If a Starbucks barista wants to pursue continuing education for free, why would you ever argue against that? Especially when 70% of employees wish to do so? Even if they only pick up a single additional piece of knowledge from the ASU program, they are a better person in the end. And, you benefit from that whenever you interact with the person.

I'm not arguing against a choice an individual seems fit for their benefit at all. I only question the value of college education in today's society. It is less magical and great than people proclaim it to be, college education needs more investment than just sitting in front of a computer or in lectures.

Also people with college are not necessarily better than people without college, that is an offensive view and very disrespectful to the millions of people without college educations who have done great things for this country and all over the world. Yes education is great (college is not the sole source of education), but one has to appreciate and work hard at their education to really claim that they are 'educated'.

> that is an offensive view and very disrespectful to the millions of people without college educations who have done great things for this country and all over the world.

You're so right and I can't upvote you enough. I hear people all the time talking about how much of a loser they are for not going to college. These are people are smart, have life skills, AND job skills, AND a steady income. Many even do skilled labor. Their jobs just didn't require 4 years in the classroom.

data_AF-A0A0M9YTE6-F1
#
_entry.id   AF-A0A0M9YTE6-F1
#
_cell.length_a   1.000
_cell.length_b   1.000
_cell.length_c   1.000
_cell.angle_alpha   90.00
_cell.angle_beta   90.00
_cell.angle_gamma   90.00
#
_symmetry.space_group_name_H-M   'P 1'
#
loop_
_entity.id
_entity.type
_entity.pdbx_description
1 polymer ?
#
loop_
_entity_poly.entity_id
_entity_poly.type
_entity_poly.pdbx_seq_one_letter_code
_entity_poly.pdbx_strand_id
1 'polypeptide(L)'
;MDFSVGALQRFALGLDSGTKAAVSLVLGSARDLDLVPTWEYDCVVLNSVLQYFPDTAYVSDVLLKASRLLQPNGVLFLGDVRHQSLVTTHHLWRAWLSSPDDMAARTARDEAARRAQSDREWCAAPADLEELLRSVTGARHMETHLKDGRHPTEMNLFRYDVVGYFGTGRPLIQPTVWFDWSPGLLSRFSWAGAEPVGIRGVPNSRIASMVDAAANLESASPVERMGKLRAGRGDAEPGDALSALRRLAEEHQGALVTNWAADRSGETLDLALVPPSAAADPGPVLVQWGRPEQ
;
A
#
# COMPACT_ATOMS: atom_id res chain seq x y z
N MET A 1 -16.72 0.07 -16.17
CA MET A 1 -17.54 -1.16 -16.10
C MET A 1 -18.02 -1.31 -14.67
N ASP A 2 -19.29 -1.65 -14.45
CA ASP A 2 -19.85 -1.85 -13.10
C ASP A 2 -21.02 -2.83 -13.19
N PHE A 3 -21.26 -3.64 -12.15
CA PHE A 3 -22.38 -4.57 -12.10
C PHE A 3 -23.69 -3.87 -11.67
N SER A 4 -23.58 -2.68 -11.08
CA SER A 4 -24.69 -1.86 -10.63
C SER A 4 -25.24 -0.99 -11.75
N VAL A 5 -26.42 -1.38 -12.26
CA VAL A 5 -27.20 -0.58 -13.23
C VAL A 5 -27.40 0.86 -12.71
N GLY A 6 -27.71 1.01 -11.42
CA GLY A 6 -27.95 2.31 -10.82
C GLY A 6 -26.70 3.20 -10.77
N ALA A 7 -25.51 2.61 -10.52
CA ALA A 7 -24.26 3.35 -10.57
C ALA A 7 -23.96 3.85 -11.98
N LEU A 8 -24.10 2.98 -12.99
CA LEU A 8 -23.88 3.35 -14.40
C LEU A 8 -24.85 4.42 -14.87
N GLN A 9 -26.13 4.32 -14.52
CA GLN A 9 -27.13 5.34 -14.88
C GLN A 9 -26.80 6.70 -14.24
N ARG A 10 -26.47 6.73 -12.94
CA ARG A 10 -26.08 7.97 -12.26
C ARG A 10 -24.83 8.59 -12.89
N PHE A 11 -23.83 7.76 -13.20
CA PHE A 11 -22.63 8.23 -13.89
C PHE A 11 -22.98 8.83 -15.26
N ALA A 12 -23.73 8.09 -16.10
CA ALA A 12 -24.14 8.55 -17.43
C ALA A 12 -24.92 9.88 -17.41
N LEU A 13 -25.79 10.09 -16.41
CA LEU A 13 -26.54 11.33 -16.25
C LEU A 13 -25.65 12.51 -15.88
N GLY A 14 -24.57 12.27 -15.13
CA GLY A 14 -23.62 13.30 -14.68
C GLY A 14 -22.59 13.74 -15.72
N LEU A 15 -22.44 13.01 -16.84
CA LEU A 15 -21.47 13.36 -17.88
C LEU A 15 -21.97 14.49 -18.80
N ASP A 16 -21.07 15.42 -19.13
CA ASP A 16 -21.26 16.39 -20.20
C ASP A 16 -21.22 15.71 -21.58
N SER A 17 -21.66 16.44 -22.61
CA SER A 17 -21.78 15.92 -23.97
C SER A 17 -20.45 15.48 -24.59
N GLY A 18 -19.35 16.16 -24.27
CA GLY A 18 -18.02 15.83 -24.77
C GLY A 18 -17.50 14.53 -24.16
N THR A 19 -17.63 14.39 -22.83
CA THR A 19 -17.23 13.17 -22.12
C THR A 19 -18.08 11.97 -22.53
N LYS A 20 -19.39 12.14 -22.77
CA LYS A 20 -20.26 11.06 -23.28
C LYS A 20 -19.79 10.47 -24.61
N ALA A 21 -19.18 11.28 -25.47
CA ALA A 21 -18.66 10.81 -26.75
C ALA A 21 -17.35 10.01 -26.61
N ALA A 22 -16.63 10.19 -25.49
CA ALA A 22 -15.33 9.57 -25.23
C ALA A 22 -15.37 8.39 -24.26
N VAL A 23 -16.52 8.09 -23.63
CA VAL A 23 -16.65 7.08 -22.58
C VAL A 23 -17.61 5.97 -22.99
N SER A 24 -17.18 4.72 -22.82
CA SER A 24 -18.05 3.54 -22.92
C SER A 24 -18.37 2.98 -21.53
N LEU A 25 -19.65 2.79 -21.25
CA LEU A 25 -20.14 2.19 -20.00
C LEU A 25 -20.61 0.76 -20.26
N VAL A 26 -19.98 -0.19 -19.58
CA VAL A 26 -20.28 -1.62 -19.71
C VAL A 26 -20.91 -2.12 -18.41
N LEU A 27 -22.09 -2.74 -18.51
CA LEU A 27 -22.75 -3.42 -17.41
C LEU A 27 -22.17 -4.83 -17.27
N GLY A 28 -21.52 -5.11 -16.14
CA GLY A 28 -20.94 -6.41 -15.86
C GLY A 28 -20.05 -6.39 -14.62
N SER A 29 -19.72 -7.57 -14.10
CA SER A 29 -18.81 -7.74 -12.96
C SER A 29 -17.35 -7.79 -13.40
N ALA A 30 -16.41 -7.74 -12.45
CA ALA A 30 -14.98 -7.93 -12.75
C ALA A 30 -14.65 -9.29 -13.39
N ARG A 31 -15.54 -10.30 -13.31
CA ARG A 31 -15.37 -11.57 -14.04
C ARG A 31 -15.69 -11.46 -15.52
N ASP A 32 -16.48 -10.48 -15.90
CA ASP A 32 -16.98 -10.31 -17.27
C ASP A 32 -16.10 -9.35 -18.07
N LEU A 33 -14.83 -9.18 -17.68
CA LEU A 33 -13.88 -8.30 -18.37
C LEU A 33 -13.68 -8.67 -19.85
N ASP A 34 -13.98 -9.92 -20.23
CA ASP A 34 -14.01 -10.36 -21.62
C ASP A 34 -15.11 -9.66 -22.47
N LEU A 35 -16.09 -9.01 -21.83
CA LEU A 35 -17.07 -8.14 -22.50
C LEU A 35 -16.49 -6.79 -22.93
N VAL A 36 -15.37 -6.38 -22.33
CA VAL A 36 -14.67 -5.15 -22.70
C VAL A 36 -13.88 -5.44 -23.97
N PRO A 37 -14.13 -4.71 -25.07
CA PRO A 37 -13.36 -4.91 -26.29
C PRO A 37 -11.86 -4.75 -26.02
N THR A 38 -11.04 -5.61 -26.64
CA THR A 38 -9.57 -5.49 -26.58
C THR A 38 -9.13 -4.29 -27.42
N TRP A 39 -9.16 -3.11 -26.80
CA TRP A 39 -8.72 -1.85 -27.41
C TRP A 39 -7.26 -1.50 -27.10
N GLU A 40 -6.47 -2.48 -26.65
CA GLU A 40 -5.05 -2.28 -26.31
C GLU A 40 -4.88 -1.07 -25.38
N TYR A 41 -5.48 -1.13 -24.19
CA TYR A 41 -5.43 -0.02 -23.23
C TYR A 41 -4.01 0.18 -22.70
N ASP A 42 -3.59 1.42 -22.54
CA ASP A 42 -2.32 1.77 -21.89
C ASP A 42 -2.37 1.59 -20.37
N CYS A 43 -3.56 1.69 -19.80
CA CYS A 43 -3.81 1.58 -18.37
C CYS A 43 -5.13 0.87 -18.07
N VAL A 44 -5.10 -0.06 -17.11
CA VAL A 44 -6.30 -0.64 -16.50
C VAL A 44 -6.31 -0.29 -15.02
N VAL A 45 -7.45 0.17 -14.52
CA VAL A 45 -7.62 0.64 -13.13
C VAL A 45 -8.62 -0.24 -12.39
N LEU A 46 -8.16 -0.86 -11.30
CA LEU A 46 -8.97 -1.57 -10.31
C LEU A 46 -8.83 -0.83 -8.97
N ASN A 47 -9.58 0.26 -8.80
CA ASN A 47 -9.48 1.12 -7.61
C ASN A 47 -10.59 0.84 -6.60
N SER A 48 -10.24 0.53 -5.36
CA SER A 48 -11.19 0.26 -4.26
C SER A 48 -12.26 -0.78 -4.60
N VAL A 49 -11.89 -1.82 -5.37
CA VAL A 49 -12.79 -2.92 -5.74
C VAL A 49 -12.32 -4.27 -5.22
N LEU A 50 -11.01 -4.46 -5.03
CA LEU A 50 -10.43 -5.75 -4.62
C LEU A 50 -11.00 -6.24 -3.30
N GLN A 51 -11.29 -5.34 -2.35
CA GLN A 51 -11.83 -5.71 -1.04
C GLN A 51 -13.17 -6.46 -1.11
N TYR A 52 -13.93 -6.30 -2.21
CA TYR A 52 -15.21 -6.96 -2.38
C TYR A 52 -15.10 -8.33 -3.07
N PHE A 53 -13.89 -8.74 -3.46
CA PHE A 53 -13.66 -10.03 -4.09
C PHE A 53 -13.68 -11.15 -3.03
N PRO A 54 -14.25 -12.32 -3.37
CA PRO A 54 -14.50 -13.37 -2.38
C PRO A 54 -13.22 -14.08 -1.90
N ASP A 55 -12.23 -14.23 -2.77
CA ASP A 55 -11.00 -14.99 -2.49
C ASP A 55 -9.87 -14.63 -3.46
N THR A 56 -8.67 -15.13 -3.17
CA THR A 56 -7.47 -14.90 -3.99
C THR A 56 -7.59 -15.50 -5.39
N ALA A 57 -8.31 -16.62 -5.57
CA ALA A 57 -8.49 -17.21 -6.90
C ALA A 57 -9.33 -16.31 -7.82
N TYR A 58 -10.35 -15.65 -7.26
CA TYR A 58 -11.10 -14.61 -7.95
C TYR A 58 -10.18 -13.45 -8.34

HELLO? Is this unstated assumption really good for society?

And there's my sister who has a college education and no life skills OR job skills.

I agree with your sentiment. For instance, I have a friend who went to college but never used her degree, she is a stay at home mom. I feel that the cost of college is inflated by those who go to college just to go. Sure it's nice to have a degree, but I feel that college should be taken more seriously and not to be used as a babysitting/maturing center for 18-20somethings.

Just because one gets a college education does not mean they leave enlightened and educated OR that they will maintain their education through their life. An ASU online education, especially, will not ensure that people are education, credentialed sure, but definitely not educated, and I say this as an ASU student myself. They are always trying to get more and more people through the doors, we have a high acceptance rate but strangely enough we are a top school for recruiting.

> I agree with your sentiment. For instance, I have a friend who went to college but never used her degree, she is a stay at home mom.